But this exactly is the problem: content has to be there to attract such people, and even if it is hidden behind posh language, that doesn't make it any less bad. Another example of this is provided by the Christchurch assassin, who donated money to the leader of the Austrian Identitarians, Martin Sellner, and also to French counterpart groups. The assassin shot over 50 people in two mosques in New Zealand in 2019, giving the takeover of the West by Muslim people as the reason. Who such an organisation appeals to, gives a deep insight.

Language is one of the most important tools the Identitarian movement uses. Their language is mostly modern, academic and their words politically correct. Emphasis on "mostly". In a statement expressing solidarity with Greece, they use the word "black Africa", a term that is outdated and often seen as racist. Through this term, a demarcation is made between North Africa and "the rest of the country". In colonial times, the north of Africa was seen as more culturally valuable and the region south of it, now sub-Saharan Africa, as a cultureless and homogeneous entity. This assessment is racist and wrong (the region today comprises 49 states). The language of the IB clearly declares its patriotic and conservative values and goals, taking great care not to appear racist, violent or extremist.

Their conservatism is also reflected in the gender distribution and their choice of words. The members presented on the website are exclusively male, videos of their demonstrations, meetings and events show mainly (but not only) men. However, the IB, or rather the women of the IB, claim to also lead feminist struggles. Though these are directed less against patriarchy than against migrants. The activists created a web action called "120 decibels". It is an alternative action to #metoo, which, according to them, ignores the real problem. The activists define men with migration background who were able to come to Germany through German immigration policy and who sexually harass and rape women here as the only danger to women. This statement is highly simplified and indirectly claims that "German" men do not rape or sexually harass women. In their video, the women say they now have to carry pepper spray and pocket alarms and that going jogging in the evening is now too dangerous. To claim that this problem can be solved by an immigration stop and remigration alone is naïve and dangerous. Women have been raped by men from all countries for thousands of years. So the problem here is not origin, but patriarchy, which is prevalent in all countries of the world. The acceptance and frequency of sexual harassment and rape varies from country to country, in some countries marital rape is still legal and women are forced to marry their rapist when pregnant. These conditions are unacceptable, yet we must not ignore our own abuses.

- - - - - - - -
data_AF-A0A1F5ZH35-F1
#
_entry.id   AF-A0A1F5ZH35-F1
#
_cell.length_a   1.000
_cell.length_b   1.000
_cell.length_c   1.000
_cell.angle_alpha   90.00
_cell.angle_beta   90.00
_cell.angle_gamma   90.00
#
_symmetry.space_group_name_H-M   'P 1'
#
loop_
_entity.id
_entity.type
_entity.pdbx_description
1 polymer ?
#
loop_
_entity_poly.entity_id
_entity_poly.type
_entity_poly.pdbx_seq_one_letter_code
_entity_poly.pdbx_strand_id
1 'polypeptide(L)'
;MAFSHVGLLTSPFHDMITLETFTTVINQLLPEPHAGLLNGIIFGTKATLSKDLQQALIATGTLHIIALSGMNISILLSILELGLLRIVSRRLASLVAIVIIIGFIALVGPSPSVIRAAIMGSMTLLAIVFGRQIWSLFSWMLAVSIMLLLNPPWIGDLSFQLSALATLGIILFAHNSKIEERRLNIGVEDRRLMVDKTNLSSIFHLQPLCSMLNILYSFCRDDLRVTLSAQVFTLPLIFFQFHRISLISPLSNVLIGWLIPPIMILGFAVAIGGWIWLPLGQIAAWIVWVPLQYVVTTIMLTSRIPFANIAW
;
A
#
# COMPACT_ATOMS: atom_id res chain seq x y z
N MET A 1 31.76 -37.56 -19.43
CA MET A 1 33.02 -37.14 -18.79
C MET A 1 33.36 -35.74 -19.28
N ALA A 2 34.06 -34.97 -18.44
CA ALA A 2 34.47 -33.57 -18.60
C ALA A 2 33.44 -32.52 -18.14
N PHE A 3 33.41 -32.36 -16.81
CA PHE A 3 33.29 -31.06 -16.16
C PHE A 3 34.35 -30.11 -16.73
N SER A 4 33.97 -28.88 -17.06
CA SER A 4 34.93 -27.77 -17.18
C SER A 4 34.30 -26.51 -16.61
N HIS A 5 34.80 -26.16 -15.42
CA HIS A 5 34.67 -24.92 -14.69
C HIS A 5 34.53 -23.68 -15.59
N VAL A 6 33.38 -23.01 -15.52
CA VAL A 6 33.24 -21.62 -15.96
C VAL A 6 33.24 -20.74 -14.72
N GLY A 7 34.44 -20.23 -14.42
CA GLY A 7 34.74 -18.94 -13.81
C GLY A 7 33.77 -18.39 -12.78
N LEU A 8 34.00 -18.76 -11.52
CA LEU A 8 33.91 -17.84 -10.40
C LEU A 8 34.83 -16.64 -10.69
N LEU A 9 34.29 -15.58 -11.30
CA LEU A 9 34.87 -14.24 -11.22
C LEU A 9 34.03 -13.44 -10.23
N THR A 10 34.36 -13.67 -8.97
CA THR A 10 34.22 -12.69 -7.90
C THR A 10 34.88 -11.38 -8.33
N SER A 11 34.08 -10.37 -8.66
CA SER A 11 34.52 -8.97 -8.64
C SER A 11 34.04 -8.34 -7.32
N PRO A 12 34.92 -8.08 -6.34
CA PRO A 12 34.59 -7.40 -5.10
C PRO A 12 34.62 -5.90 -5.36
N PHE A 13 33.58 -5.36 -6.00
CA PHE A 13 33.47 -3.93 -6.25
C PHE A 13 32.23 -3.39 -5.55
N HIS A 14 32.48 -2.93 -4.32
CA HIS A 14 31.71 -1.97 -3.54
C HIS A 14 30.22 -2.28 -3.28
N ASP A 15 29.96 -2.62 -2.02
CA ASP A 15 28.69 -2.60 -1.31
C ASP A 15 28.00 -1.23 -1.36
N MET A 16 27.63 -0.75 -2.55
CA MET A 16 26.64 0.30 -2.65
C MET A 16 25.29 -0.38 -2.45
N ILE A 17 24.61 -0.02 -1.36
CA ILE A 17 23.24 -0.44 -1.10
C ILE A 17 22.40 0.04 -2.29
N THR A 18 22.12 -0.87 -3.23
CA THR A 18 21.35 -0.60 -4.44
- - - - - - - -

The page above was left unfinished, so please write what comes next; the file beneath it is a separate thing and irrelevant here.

In 2016, the Office for the Protection of the Constitution classified the association as a suspicious case, whereupon they examined its behaviour and motivation. Three years later, the Identitarian Movement was classified as "right-wing extremist". The Federal Office for the Protection of the Constitution justified the decision by saying that the Identitarian Movement is violating Article 1 of the constitution (human dignity) and Article 20 (1) and (2) of the constitution (principle of democracy). They say that its supporters are to be classified as "intellectual arsonists". The Office for the Protection of the Constitution writes on this: "They [the IB] call for an "identitarian" – as opposed to the existing representative – democracy. In particular, the IBD's fixation on ethnic homogeneity as a central value for society and democracy proves that its ideology violates the human dignity protected by the constitution and the principle of democracy". This result allows the Office for the Protection of the Constitution to observe the association with the means at its disposal. The Identitarian Movement already responded in 2017 with legal proceedings against the Office for the Protection of the Constitution and its decisions of 2016 and 2019.